But Carnival in São Paulo isn’t just about the parades at the Sambadrome. Neighborhood associations throw roving, ragtag block parties called blocos that feature merrymakers in homemade costumes banging out rhythms on pots and pans from their own kitchens. And unlike in Rio, Sao Paulo does not get caught up in the madness. In Rio, anyone looking for a little peace and quiet heads out of town. Celebrations are relegated to certain sections of São Paulo, and those who wish to carry on their mundane business as usual need not flee the city. But who wants to miss out on the party?
São Paulo’s Carnival parade tradition only began in the 1970s. Participation in the event is often the province of the city’s working classes and die-hard partiers. Samba schools here attract big-name music and TV stars to perch atop their floats and recruit winning talent from among Rio’s most successful carnavalescos -- the creative masterminds behind every aspect of a school’s presentation.
The biggest parade event is the Grupo Especial, which sees the city’s top 14 samba schools compete in a 2-night extravaganza in São Paulo’s Sambadrome. The event is broadcast nationally on the Saturday and Sunday of Carnival so as not to distract from Rio’s Grupo Especial parades on Monday and Tuesday. (Yes, each city commands the country’s undivided attention.)
São Paulo’s Sambadrome, officially the Sambodromo do Anhembi, opened in 1991 and holds up to 30,000 spectators. During the parades, the samba schools are judged in several categories -- including theme, costumes and overall organizations -- during their 45-minute pass through the stadium. Themes in years past have included a century of Japanese immigration to Brazil and the deliciousness of chocolate. Mocidade Alegre, last year’s winner, created a theme that paid homage to popular Brazilian writer Jorge Amado.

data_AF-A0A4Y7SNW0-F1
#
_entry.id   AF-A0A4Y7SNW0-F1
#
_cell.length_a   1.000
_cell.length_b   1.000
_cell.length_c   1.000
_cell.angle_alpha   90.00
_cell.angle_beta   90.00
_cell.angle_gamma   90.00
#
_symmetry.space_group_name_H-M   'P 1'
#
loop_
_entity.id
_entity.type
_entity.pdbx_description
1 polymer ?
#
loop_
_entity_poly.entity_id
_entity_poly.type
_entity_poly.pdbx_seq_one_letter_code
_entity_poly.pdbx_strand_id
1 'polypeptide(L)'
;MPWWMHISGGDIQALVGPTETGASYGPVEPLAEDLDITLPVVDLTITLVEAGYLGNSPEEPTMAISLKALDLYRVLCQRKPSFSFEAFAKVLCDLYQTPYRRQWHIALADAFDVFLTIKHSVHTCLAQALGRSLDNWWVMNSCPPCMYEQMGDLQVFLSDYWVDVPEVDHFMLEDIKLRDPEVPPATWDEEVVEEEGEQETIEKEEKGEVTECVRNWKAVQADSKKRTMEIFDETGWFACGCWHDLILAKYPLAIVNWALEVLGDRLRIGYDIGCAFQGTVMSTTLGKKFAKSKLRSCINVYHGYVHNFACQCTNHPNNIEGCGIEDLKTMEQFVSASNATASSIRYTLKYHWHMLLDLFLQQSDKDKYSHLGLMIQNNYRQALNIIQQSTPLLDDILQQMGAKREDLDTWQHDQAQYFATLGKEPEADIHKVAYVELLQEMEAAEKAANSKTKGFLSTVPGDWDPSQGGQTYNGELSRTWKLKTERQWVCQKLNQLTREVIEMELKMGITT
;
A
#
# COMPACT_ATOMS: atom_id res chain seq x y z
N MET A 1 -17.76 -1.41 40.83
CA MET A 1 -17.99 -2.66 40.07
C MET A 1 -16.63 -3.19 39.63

The champion samba school’s song becomes a nationwide hit, and it’s played throughout the year. (The lowest-scoring school gets relegated to the minor league Grupo de Acesso, which has its parade the Sunday after the main event.) Mocidade Alegre, Vai-Vai, Academicos do Tucuruvi, Rosas de Ouro and Unidos de Vila Maria are a few of the big players and crowd favorites in the Grupo Especial.
Anyone interested in participating in the parades, even tourists just passing through for the event, should contact the Sao Paulo Samba School League or each school individually. Tickets to watch the event can be purchased in person at the Sambadrome, or online (with a Brazilian ID), and cost from R$25 to $150, depending on the date and the parade you wish to see. More expensive private booths (seating up to 25 people) can go for as much as R$30,000.
Blocos, Always Boisterous
Blocos are often spontaneous, always boisterous bands of revelers literally marching to the beat of their own drums -- or oversized mobile stereos blasting rock and pop. They represent the whimsically democratic Carnival spirit in which anyone can participate, from rump-shakers in carefully pieced-together costumes to working stiffs escaping the office in suit and tie. In fact, the Sambadrome’s elaborate and highly organized samba schools evolved from these little slapdash affairs that traipse up and down local streets, often collecting bystanders and pulling them in to the fun.
During the entire 5-day Carnival period, there will be a bloco or 2 parading through São Paulo. Some of the best-known include Academicos do Baixo Augusta, the official party people of the city’s funkiest entertainment district, and the hilarious Vai Quem Que, which prances raucously around the São Paulo district of Pinheiros -- the Vila Madalena neighborhood, specifically. Downtown, Cordao Cecilia brings a bit of Afro-Brazilian flow from Brazil’s northeast, while Bloco dos Esfarrapados keeps it old school in the Bixiga district -- this bloco was founded way back in 1947.
São Paulo’s Carnival Balls
Whether elegant or erotic, Carnival balls tie São Paulo’s traditions to those of Venice with face masks and a privileged atmosphere. The most exclusive balls are invitation-only, limited to the well-heeled and the well-connected. Many restaurants and nightclubs, however, keep the ball tradition alive by encouraging their patrons to don costumes and celebrate Carnival in a more laid-back environment. Bar Brahma and Havana Club offer live samba and plenty of adult beverages for more mature crowds, while mega-club The Week throws the biggest Carnival party on the gay and lesbian circuit. Cover charges usually run R$50 to $80.